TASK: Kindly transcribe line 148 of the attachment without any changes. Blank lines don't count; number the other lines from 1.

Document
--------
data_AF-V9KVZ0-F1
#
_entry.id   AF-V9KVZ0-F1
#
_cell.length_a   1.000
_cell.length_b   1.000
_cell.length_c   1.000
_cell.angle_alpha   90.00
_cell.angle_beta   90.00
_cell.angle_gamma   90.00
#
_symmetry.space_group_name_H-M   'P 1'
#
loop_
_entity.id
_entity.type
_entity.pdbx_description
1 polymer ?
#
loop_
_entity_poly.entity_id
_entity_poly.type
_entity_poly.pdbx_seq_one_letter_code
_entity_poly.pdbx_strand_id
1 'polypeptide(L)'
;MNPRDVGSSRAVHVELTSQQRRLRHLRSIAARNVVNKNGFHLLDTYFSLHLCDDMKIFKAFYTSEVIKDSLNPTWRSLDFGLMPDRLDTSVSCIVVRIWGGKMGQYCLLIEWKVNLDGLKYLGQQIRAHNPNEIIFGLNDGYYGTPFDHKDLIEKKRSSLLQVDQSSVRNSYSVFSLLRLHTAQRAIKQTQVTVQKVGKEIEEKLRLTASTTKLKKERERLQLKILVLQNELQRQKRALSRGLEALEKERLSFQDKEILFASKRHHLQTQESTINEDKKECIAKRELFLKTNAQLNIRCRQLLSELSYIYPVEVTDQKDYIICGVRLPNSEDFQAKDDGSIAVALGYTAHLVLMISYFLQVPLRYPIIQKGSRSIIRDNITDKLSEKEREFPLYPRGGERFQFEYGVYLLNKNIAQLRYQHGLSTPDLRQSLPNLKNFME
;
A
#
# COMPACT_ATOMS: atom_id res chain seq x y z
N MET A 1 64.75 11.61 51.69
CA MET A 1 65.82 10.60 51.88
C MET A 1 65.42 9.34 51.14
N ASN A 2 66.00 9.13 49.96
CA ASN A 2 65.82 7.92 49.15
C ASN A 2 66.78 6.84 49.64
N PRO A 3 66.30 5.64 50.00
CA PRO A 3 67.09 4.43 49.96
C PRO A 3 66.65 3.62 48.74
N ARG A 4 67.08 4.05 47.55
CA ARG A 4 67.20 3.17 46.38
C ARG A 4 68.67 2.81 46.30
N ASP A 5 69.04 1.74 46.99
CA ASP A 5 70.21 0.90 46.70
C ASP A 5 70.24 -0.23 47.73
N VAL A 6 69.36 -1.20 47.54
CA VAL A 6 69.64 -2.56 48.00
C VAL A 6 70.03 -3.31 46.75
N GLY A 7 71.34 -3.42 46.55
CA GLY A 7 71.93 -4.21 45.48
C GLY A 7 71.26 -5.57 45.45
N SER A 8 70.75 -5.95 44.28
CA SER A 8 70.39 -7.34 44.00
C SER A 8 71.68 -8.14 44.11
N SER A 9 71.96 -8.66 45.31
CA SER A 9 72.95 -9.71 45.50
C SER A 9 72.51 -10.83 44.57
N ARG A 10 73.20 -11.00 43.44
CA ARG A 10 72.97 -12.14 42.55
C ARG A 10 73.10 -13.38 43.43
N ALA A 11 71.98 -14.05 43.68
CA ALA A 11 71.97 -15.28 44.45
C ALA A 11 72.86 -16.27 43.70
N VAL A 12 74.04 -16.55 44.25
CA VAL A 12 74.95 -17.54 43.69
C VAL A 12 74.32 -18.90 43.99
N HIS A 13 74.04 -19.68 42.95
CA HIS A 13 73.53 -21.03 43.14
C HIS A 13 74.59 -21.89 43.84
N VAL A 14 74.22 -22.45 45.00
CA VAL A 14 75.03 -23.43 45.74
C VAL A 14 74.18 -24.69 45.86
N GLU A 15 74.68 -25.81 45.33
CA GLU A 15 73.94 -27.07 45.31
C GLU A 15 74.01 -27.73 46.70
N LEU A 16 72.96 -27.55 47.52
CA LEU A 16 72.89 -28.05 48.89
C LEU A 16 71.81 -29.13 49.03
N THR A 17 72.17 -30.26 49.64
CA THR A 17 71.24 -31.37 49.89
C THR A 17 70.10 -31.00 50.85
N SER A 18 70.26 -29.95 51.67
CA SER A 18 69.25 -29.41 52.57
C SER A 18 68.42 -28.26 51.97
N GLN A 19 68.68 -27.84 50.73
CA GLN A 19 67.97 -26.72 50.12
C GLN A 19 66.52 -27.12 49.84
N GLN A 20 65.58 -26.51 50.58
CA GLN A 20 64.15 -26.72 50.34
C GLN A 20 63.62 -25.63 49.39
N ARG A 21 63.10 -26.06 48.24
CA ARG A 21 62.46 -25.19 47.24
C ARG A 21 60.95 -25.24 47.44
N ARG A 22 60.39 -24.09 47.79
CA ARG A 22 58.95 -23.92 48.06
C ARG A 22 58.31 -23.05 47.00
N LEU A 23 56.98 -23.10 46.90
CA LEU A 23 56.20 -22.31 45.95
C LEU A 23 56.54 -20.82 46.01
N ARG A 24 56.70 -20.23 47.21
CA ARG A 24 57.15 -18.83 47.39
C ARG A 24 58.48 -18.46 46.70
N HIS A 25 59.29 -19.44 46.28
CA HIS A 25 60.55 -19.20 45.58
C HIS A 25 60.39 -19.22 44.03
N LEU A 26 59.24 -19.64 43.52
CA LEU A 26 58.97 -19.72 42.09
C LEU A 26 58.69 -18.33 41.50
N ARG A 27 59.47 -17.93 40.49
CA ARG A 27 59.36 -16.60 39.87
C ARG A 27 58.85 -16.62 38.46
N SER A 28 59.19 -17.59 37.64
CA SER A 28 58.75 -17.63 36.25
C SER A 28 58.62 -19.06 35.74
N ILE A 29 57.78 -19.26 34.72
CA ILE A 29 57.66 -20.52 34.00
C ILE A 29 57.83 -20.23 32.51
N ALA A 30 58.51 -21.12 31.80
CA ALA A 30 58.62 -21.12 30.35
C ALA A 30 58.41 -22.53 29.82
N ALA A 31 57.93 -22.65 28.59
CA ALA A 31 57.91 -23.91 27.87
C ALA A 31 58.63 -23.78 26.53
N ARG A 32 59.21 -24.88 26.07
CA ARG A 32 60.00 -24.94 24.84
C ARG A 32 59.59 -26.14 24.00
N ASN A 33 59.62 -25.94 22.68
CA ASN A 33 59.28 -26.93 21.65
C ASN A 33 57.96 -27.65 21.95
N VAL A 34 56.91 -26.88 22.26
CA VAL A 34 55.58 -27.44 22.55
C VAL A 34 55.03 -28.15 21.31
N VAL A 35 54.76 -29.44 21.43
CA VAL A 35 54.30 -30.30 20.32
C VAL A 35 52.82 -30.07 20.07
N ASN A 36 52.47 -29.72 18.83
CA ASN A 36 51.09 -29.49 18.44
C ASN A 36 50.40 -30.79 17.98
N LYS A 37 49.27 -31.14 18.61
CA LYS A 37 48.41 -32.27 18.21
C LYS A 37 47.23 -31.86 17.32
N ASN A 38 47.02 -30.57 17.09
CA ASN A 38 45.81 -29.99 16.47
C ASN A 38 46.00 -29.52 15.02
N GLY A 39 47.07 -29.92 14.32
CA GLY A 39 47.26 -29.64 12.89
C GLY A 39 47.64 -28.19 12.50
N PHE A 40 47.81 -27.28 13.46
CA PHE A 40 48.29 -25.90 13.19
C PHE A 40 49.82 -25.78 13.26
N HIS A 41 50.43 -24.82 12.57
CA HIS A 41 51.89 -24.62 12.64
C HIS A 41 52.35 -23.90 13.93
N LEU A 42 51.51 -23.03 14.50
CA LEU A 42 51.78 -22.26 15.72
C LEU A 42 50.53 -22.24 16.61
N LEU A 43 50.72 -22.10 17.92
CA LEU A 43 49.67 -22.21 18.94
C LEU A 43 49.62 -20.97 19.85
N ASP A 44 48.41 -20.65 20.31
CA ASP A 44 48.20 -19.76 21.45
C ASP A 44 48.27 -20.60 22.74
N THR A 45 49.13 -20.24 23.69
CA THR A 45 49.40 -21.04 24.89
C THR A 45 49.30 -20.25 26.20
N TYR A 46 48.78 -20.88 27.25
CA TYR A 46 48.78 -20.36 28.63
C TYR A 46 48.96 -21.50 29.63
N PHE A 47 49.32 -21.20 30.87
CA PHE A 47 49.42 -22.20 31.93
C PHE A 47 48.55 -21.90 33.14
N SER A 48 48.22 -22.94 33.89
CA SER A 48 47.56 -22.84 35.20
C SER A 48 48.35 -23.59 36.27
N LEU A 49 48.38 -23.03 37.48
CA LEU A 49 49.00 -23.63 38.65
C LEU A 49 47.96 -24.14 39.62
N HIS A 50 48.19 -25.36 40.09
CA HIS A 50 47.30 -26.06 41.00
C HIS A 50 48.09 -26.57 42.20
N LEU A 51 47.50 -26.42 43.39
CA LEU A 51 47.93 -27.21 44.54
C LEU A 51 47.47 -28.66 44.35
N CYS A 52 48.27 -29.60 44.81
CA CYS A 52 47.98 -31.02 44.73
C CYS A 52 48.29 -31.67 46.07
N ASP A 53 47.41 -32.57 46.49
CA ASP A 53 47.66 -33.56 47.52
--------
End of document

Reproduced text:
N PHE A 40 47.81 -27.28 13.46